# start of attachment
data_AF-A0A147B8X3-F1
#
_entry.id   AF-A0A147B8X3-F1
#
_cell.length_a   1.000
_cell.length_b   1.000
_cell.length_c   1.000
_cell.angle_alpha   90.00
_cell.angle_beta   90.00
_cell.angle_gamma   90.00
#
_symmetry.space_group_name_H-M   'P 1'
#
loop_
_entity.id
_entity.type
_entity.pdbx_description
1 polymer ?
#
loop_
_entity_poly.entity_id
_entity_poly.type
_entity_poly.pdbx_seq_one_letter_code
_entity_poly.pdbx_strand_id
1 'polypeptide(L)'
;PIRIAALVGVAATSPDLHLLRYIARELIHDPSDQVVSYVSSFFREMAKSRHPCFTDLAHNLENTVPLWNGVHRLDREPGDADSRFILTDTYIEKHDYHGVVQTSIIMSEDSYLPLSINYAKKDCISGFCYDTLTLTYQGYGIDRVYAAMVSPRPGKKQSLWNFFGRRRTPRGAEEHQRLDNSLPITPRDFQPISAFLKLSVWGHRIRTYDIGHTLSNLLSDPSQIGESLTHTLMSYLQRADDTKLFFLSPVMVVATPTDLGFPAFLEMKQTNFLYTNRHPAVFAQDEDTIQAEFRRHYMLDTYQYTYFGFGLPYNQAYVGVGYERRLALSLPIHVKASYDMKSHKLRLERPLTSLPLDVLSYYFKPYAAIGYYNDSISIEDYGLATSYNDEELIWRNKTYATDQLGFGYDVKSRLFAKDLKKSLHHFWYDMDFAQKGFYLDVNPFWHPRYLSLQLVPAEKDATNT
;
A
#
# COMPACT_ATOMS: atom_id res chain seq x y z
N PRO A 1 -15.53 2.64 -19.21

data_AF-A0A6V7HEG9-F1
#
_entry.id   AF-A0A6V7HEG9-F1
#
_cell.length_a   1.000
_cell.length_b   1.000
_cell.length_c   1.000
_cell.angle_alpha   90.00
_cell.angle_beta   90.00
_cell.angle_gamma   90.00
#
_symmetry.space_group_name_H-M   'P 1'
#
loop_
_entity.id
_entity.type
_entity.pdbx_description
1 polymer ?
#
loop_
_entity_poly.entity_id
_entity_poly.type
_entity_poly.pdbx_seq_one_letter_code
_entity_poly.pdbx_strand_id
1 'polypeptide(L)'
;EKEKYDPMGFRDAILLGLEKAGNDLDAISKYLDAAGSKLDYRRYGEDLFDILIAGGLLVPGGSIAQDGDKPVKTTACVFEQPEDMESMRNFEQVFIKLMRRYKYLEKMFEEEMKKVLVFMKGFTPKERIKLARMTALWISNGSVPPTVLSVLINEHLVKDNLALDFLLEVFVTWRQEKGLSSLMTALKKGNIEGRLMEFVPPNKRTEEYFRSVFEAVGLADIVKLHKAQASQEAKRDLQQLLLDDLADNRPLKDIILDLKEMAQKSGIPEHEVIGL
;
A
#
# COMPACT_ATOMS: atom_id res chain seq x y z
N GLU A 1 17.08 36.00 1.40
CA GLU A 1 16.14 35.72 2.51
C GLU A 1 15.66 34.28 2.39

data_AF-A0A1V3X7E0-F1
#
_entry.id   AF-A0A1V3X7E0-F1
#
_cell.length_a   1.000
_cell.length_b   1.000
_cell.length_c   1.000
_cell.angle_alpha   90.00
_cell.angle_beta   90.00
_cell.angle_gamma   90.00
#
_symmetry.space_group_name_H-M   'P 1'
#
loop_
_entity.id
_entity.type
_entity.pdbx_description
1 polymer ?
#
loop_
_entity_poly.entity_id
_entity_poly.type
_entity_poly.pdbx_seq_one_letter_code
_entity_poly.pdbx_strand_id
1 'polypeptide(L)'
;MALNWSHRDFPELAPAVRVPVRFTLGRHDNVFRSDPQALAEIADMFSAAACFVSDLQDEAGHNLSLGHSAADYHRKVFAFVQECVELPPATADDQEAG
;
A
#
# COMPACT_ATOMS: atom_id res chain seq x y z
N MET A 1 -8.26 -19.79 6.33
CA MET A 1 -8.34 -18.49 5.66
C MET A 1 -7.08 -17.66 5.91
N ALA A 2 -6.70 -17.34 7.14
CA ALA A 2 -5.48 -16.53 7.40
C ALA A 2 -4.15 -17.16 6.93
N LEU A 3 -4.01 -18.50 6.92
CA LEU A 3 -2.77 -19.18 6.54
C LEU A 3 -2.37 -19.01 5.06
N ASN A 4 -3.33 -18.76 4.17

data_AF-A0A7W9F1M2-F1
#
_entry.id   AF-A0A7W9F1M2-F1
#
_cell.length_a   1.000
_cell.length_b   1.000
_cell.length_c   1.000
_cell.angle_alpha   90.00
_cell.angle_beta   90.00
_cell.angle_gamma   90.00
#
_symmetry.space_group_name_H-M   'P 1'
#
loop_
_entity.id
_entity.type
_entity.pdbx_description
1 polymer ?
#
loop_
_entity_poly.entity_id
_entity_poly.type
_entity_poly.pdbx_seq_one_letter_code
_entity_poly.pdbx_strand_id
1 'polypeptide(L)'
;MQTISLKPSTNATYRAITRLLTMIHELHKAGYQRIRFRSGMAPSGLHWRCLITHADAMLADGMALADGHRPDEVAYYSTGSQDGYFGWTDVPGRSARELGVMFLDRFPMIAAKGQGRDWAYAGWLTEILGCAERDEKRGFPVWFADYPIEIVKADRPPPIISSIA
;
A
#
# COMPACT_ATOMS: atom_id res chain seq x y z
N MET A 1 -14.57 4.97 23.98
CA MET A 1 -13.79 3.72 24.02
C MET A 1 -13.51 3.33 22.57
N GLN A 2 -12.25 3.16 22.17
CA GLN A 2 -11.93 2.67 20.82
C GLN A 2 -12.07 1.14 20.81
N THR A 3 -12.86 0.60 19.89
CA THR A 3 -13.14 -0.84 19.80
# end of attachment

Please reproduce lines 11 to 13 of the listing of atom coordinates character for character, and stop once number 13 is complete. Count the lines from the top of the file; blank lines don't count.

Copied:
#
_symmetry.space_group_name_H-M   'P 1'
#